Successfully dealing with the insanity of our country’s and our world’s problems can only be accomplished through a clear understanding of the issues and the consequences of our actions, void of emotion and self-interest. We are human beings. We didn’t become king of the forest through brute force. We got to this point by using our superior brain power. And it is that very brain power that can save us. Others in the world may be hell-bent on violence as a tool of international relations, but we are the United States of America. We are the first government founded and formed upon the principles of individual freedom and liberty, where theoretically, at least, all men are created equal. The Great Experiment. And as a result, we’ve earned the recognition as the leader of the free world. Accepting that challenge requires responsibility to level-headedness.

So how can we get this train back on track? For starters, we offer a meager step toward resolution with a series of free lectures, which has been scheduled to help put things into perspective. Called the Enlightenment Lectures, the series will explore what it means to be human and give insight as to how we can more effectively address our problems. The lectures will be presented on Tuesday evenings beginning Sept. 19, continuing into November at the Saranac Lake Free Library and conducted by professors from SUNY Plattsburgh, North Country Community College and Paul Smith’s College, a local author/educator and a local health professional.

The topics begin with “What Makes us Human,” explaining what it is that separates us from other animals on earth, and emphasizing the point that we are but one race, the human race. The series continues with an explanation of “Maslow’s Hierarchy of Needs,” concluding that if we work to provide an environment where our physical, intellectual and emotional needs were met, there would be no need for revolution.

The third lecture is titled “Basic Principles of Logic and Reasoning,” showing how misunderstandings occur when common logical fallacies are used freely in everyday argumentation. “Mythology and our Need to Understand” addresses the history of myths and why we have so many world views. “The Wonders of the Universe” shows how vast our universe is, yet also shows how interconnected we are with the cosmos.

The existential crisis that is “Global Warming and Climate Change” will be presented, sizing up its current state and giving practical suggestions on how to minimize its effects. The series concludes with the “Basics of Human Health and Wellness,” explaining the dangerous imbalance between health care and disease management.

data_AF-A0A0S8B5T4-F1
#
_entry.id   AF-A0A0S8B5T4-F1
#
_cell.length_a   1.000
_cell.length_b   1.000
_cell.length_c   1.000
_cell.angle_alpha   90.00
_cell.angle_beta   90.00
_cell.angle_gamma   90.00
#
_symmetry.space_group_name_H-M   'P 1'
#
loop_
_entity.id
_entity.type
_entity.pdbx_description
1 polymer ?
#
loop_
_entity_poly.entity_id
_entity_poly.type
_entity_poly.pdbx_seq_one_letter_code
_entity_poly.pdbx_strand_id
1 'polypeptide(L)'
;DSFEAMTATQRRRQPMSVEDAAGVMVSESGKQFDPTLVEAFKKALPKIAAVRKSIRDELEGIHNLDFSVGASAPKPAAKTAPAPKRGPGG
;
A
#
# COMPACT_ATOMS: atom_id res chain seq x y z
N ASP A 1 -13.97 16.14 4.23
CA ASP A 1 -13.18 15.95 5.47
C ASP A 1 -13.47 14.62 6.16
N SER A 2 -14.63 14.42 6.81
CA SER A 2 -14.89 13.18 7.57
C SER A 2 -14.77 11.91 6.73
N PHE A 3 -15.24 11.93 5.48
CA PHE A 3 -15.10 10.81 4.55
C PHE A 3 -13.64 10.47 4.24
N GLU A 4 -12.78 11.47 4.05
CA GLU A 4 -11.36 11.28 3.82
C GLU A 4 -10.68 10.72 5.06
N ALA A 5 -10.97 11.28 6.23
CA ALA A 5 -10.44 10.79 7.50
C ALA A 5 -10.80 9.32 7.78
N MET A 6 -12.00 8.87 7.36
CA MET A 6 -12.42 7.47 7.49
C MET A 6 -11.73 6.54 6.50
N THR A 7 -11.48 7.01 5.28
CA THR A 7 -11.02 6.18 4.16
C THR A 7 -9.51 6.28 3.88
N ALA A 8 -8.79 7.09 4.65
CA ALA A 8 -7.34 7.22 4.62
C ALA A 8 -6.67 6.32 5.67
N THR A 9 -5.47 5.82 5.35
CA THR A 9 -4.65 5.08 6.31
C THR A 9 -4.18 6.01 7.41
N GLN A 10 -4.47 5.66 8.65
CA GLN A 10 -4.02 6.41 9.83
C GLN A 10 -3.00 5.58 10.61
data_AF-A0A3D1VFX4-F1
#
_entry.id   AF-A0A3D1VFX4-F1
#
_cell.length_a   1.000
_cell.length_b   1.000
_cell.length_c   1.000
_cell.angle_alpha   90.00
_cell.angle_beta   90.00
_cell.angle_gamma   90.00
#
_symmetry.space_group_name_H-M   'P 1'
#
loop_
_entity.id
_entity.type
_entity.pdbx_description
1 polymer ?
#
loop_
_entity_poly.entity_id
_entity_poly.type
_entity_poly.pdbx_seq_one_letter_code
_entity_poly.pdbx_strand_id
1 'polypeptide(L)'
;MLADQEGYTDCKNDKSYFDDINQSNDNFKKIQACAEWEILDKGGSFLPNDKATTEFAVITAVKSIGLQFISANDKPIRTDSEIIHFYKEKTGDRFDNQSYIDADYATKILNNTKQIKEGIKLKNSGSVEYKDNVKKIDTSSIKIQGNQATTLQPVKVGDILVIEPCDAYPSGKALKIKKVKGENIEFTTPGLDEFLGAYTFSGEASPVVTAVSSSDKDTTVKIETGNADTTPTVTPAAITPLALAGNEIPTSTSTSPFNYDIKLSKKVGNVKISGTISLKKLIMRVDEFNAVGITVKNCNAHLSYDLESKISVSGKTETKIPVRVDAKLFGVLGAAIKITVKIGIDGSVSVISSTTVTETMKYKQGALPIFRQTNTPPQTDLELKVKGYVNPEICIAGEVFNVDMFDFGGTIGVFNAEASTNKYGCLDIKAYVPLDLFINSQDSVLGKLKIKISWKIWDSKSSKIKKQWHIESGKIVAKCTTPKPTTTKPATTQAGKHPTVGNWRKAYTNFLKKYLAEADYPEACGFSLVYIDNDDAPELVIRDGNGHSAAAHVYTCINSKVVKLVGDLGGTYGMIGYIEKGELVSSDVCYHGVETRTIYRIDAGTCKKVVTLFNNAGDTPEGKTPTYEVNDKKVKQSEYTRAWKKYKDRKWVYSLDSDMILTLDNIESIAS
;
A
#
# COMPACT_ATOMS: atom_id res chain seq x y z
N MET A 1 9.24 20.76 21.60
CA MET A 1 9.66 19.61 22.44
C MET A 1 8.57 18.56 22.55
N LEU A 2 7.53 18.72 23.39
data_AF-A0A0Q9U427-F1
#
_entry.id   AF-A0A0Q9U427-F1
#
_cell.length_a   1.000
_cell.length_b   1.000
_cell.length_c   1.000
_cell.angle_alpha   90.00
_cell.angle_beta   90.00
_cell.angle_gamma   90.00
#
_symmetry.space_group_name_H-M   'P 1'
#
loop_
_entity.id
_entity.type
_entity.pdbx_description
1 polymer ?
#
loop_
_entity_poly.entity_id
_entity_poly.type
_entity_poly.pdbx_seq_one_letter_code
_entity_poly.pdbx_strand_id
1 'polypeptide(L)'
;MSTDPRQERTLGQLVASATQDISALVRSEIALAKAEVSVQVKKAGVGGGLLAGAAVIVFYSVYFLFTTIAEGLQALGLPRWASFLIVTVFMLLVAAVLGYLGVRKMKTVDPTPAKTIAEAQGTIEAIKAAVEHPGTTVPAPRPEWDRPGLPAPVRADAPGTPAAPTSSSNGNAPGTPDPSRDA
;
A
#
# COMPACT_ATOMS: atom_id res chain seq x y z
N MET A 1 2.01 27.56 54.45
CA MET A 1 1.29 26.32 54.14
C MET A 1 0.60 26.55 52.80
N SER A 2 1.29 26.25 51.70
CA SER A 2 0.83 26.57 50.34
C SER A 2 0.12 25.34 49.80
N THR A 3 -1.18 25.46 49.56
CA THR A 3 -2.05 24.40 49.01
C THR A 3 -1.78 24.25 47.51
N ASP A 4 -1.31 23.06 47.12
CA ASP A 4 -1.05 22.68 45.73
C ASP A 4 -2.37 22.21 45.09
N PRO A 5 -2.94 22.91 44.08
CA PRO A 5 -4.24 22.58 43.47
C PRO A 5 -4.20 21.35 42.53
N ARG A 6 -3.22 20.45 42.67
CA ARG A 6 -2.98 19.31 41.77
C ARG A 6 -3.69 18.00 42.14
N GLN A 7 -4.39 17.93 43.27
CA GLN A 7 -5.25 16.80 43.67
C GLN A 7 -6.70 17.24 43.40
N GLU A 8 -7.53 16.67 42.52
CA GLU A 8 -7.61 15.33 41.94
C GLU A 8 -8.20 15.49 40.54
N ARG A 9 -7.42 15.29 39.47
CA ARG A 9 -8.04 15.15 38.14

The train may have left the station, but we still have time to switch tracks and steer ourselves toward fulfillment of the ideals our country’s forefathers laid down. Plan to attend.

Joe Dockery lives in Saranac Lake.

The Enlightenment Lectures

Tuesday evenings, 7 to 9 p.m., Cantwell Room, Saranac Lake Free Library, 109 Main St., Saranac Lake

1. Sept. 19, “What Makes Us Human,” Gillian Crane-Kramer, professor of anthropology and archeology, SUNY Plattsburgh

2. Sept. 26, “Maslow’s Hierarchy of Needs,” Camelia Sheridan, associate professor of social science, chair of social sciences department, North Country Community College

3. Oct. 3, “Basic Principles of Logic and Reasoning,” Shir Filler, professor of English, chair of the Humanities Department, NCCC

4. Oct. 10, “Wonders of Our Universe,” David Gardner, scientist, educator, author of “Whispers From the Stone Age”

5. Oct. 24, “Mythology and our Need to Understand,” Bruce Rowe, instructor in Department of Humanities, NCCC

6. Nov. 7, Global Warming and Climate Change,” Curt Stager, professor of natural sciences, author, researcher, Paul Smith’s College

7. Nov. 21, “Basics of Human Health and Wellness,” Joe Dockery, D.C. — local chiropractor, certified chiropractic wellness practitioner